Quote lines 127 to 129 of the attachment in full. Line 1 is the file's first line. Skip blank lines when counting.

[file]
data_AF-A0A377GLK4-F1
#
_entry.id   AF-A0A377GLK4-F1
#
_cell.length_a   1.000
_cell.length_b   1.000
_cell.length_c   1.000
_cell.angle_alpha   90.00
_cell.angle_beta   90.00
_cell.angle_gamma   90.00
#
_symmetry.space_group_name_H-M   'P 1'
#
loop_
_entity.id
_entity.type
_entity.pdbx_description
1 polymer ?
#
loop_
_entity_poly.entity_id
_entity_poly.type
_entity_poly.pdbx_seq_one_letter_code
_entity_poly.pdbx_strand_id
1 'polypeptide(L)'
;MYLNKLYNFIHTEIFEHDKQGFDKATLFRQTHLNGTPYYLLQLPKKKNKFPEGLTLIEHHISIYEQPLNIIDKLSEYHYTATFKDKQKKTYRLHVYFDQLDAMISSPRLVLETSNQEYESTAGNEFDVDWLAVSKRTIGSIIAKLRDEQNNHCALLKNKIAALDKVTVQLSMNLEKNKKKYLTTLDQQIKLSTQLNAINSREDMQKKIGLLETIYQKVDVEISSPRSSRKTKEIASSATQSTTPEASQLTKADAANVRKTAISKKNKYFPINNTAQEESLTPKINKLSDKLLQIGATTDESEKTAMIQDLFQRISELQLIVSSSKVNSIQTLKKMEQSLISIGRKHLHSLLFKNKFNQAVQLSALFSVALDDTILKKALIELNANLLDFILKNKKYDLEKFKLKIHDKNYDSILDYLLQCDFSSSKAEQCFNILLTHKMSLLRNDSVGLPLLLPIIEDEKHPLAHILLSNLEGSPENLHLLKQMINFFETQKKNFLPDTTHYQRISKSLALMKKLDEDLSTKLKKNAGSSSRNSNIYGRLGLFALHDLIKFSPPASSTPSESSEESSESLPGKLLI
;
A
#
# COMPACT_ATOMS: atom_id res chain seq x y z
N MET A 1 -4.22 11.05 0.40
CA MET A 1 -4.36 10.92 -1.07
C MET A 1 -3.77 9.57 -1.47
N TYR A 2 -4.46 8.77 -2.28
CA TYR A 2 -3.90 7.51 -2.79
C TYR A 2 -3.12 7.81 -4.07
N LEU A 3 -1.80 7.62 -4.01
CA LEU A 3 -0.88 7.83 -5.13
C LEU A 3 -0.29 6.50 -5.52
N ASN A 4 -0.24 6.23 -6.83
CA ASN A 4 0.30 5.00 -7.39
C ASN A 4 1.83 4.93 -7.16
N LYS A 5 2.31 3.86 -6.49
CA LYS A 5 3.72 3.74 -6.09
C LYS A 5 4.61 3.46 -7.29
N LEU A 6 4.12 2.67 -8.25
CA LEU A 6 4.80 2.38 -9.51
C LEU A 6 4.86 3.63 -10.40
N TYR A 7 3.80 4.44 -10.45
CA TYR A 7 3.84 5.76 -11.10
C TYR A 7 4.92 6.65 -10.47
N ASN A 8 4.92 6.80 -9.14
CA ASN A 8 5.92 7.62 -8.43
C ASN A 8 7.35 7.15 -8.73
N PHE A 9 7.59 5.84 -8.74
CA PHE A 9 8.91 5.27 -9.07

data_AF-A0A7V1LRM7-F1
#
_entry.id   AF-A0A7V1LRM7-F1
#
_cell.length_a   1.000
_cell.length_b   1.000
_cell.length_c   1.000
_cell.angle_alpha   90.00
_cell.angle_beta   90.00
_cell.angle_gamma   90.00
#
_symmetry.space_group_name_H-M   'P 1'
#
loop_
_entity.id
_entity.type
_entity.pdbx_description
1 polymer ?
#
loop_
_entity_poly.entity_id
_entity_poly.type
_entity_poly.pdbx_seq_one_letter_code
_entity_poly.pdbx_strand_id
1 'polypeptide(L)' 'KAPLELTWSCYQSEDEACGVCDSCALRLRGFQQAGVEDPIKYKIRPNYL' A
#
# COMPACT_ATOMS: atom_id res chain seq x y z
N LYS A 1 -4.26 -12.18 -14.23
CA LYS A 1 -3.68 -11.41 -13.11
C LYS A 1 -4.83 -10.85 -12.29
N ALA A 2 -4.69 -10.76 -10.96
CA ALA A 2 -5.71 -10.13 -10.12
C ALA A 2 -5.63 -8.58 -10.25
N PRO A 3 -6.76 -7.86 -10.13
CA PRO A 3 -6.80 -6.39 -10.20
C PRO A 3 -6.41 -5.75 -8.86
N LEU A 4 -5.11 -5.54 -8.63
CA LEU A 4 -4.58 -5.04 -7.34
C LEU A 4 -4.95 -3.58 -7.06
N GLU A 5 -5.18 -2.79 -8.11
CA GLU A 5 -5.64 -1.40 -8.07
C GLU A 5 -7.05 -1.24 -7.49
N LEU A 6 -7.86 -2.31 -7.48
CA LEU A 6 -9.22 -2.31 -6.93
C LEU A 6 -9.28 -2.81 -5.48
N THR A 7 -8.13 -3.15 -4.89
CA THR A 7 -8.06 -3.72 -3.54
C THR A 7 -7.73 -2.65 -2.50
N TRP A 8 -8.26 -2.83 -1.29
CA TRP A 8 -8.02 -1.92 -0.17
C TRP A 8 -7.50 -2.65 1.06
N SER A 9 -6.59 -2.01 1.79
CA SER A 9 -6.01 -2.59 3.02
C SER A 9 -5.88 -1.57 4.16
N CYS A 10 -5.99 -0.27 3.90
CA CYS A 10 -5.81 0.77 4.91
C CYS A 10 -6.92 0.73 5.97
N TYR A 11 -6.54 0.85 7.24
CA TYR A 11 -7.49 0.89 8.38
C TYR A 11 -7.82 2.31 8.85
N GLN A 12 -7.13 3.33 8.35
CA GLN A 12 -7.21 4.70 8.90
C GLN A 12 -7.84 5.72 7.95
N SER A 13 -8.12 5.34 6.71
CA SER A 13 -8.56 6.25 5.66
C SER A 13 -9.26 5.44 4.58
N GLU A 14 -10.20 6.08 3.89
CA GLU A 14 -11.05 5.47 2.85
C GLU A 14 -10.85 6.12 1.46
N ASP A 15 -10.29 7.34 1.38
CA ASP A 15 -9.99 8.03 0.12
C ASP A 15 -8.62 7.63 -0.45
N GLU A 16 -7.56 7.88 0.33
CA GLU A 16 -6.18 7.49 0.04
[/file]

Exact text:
CA ASP A 15 -9.99 8.03 0.12
C ASP A 15 -8.62 7.63 -0.45
N GLU A 16 -7.56 7.88 0.33